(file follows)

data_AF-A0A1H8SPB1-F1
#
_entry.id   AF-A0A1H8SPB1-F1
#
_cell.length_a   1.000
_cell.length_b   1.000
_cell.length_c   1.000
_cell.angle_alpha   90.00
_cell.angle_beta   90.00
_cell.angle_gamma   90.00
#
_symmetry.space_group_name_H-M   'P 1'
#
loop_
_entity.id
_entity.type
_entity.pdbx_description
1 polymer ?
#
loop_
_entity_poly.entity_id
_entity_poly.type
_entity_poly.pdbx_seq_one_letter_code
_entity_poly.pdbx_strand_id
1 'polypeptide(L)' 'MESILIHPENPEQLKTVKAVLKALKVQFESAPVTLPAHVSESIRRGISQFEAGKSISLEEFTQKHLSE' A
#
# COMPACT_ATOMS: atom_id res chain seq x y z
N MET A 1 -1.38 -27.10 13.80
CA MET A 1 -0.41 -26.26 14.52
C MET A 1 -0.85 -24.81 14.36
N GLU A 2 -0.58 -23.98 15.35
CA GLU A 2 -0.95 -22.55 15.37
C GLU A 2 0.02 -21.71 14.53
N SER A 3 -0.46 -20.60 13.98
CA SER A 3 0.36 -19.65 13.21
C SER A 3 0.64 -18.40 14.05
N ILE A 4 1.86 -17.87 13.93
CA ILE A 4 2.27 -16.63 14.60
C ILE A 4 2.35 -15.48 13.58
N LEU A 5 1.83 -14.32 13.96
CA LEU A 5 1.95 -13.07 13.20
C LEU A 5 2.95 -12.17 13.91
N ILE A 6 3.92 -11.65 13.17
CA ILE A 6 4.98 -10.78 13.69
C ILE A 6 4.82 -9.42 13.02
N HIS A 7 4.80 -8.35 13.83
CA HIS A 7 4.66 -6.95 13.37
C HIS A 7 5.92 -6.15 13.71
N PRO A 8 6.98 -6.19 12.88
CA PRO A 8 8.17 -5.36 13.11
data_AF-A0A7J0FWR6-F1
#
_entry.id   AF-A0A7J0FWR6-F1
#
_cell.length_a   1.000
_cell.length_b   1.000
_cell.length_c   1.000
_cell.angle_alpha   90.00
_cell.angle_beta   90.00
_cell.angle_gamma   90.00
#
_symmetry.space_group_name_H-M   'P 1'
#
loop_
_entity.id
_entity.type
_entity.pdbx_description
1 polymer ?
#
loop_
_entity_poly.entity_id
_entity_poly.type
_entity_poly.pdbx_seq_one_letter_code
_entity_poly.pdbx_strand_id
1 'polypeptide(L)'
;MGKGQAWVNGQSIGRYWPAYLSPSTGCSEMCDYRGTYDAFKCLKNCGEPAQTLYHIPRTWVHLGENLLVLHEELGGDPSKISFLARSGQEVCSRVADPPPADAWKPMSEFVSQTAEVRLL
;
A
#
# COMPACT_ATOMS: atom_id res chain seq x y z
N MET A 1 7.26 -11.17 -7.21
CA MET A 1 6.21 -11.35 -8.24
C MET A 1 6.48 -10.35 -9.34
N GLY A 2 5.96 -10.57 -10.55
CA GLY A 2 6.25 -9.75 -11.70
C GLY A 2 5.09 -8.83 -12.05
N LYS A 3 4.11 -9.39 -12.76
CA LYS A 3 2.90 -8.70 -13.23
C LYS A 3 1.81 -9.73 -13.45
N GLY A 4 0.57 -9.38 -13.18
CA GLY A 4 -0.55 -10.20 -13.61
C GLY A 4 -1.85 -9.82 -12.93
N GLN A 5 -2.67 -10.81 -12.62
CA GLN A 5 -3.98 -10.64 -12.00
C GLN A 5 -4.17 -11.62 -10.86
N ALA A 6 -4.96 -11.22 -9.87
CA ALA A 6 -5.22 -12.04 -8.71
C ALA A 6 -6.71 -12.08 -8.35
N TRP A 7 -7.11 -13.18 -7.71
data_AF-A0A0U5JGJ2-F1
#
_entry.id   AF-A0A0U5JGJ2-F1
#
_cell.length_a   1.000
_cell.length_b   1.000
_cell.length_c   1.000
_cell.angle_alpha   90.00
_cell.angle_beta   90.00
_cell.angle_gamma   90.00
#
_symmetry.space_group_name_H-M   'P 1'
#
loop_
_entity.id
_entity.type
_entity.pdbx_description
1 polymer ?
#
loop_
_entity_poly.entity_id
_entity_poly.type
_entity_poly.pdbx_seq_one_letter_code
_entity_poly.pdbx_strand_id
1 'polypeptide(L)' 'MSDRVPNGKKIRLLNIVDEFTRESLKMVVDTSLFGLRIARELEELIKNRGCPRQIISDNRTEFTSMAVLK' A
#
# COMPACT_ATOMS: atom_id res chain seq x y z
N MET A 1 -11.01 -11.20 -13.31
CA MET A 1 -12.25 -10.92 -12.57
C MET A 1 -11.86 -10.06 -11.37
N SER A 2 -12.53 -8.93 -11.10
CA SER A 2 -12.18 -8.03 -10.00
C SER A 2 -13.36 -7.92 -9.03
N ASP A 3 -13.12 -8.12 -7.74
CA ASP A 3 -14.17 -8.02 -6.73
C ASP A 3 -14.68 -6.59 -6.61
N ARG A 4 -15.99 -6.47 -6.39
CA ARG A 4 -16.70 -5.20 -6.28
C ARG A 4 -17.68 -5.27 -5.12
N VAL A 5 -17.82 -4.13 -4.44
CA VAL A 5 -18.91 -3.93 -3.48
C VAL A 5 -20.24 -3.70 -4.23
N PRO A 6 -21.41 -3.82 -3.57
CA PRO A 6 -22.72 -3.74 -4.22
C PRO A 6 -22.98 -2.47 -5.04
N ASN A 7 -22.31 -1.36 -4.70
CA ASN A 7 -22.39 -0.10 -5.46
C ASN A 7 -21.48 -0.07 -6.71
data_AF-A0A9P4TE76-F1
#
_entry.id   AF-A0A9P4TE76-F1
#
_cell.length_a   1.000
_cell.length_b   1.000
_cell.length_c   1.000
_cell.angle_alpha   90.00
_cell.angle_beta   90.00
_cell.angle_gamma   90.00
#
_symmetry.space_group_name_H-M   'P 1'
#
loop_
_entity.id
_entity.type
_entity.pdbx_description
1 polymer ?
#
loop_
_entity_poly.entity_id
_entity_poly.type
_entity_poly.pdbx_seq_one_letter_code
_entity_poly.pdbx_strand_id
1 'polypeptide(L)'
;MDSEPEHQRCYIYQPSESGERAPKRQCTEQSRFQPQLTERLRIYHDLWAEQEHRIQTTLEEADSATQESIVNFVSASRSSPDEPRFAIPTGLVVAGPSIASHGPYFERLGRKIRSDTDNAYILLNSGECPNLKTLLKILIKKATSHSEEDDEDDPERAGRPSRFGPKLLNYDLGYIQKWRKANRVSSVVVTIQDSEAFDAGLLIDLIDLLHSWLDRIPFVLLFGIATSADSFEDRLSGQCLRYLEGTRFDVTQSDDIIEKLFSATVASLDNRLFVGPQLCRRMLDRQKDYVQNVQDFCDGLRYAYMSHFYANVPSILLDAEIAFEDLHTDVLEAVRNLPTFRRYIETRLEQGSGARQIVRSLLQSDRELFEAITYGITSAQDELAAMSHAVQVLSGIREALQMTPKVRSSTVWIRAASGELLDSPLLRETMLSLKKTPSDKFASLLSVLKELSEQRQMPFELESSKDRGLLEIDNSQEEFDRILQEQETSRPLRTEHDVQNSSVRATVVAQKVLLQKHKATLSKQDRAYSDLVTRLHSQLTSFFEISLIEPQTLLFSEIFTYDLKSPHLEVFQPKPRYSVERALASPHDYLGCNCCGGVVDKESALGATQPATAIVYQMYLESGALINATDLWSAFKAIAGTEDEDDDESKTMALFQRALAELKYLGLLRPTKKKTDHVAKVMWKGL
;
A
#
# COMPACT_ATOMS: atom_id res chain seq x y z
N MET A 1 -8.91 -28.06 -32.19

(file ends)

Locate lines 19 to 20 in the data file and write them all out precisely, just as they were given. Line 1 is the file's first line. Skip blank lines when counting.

#
loop_